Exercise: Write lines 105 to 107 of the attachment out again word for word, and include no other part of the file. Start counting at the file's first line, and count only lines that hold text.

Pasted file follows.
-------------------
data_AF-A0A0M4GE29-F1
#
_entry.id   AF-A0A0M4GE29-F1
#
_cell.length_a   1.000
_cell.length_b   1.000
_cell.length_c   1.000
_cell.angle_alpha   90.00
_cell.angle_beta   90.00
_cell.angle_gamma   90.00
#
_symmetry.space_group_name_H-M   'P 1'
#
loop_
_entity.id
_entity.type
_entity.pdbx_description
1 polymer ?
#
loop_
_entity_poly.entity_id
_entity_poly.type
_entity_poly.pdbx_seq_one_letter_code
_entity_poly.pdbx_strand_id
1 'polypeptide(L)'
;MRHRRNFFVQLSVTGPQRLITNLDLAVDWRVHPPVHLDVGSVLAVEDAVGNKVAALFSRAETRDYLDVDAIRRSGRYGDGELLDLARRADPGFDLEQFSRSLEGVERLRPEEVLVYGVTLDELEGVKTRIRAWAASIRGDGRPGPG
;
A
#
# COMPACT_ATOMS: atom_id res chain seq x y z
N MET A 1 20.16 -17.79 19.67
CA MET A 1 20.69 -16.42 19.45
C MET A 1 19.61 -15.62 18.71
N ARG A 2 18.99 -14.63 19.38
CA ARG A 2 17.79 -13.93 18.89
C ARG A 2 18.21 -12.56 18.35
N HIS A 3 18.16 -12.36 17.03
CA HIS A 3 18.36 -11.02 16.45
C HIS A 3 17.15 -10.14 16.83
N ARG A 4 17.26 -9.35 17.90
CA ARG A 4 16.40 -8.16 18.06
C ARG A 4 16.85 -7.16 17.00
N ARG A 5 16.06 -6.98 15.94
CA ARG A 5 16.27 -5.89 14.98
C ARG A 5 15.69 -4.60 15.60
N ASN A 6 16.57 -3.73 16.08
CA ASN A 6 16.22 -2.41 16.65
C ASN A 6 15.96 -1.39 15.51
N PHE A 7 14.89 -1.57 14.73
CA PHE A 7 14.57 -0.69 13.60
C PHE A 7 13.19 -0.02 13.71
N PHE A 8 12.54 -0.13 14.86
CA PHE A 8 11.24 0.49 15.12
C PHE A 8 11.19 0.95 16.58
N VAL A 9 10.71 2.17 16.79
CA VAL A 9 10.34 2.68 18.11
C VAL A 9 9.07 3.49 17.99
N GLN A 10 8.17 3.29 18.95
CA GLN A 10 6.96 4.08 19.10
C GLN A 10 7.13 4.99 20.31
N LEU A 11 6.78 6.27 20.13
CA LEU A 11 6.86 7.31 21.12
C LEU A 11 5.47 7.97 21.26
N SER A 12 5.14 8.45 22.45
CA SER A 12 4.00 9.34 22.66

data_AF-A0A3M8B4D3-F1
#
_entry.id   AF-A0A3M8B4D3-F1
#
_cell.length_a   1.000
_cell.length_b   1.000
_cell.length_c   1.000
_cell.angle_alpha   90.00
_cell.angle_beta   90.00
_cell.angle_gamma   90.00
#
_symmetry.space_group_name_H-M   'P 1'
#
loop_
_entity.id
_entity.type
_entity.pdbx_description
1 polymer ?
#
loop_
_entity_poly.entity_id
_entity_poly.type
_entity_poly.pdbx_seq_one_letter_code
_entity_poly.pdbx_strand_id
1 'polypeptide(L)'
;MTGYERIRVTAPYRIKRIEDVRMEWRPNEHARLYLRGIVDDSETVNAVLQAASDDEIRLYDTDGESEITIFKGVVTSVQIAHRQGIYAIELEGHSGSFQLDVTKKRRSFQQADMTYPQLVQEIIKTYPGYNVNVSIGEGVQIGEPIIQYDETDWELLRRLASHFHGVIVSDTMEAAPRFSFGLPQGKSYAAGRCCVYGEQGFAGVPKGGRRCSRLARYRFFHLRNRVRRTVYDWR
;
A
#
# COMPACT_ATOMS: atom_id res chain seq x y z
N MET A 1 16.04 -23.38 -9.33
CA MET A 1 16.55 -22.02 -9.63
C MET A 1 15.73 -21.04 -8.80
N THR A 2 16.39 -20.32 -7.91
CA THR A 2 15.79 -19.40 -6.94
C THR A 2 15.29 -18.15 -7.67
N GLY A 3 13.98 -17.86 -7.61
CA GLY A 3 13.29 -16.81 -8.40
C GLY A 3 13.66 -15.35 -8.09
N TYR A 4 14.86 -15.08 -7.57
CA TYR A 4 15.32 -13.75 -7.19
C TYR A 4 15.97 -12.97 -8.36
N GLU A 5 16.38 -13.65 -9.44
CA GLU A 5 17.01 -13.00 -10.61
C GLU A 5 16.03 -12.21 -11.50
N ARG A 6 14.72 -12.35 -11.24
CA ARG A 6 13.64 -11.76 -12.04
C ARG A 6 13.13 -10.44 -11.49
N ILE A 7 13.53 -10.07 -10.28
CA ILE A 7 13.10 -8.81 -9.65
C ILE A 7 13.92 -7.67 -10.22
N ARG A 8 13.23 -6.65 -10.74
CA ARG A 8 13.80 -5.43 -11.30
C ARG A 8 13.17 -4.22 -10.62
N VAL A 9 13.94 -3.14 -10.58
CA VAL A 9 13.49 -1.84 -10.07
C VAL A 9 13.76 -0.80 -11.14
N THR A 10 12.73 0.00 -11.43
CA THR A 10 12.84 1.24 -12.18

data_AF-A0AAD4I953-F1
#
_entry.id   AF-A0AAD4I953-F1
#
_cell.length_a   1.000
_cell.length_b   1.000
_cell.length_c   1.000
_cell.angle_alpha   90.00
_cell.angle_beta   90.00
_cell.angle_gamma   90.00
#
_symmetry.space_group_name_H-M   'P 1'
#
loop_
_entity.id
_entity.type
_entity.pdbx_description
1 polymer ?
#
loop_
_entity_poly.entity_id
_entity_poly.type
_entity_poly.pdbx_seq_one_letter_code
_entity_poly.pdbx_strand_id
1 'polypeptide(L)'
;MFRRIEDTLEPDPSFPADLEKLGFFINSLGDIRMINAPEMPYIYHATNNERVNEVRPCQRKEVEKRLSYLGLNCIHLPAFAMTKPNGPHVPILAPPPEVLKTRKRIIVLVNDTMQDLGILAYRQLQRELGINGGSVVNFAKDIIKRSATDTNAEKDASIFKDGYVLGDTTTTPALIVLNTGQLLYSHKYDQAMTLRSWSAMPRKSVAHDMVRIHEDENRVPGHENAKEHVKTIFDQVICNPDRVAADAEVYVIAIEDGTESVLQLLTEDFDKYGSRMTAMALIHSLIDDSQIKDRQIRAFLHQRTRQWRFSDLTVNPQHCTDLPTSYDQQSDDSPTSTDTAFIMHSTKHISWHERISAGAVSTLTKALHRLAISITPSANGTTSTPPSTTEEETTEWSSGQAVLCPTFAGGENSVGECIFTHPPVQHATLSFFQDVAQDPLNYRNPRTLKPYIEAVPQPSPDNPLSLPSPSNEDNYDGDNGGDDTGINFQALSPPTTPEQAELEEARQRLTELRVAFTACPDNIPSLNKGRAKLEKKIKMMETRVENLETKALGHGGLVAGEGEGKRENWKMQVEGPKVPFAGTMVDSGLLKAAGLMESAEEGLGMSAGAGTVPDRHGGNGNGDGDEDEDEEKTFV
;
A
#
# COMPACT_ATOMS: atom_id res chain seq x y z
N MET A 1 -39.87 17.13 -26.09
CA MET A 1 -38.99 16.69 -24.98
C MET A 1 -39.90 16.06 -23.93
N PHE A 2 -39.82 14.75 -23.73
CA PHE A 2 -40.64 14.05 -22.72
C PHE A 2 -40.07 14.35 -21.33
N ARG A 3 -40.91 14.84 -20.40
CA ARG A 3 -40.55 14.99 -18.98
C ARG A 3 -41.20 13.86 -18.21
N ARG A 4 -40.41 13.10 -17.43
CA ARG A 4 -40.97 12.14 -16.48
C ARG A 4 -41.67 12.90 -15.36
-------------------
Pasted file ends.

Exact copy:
N TYR A 4 14.86 -15.08 -7.57
CA TYR A 4 15.32 -13.75 -7.19
C TYR A 4 15.97 -12.97 -8.36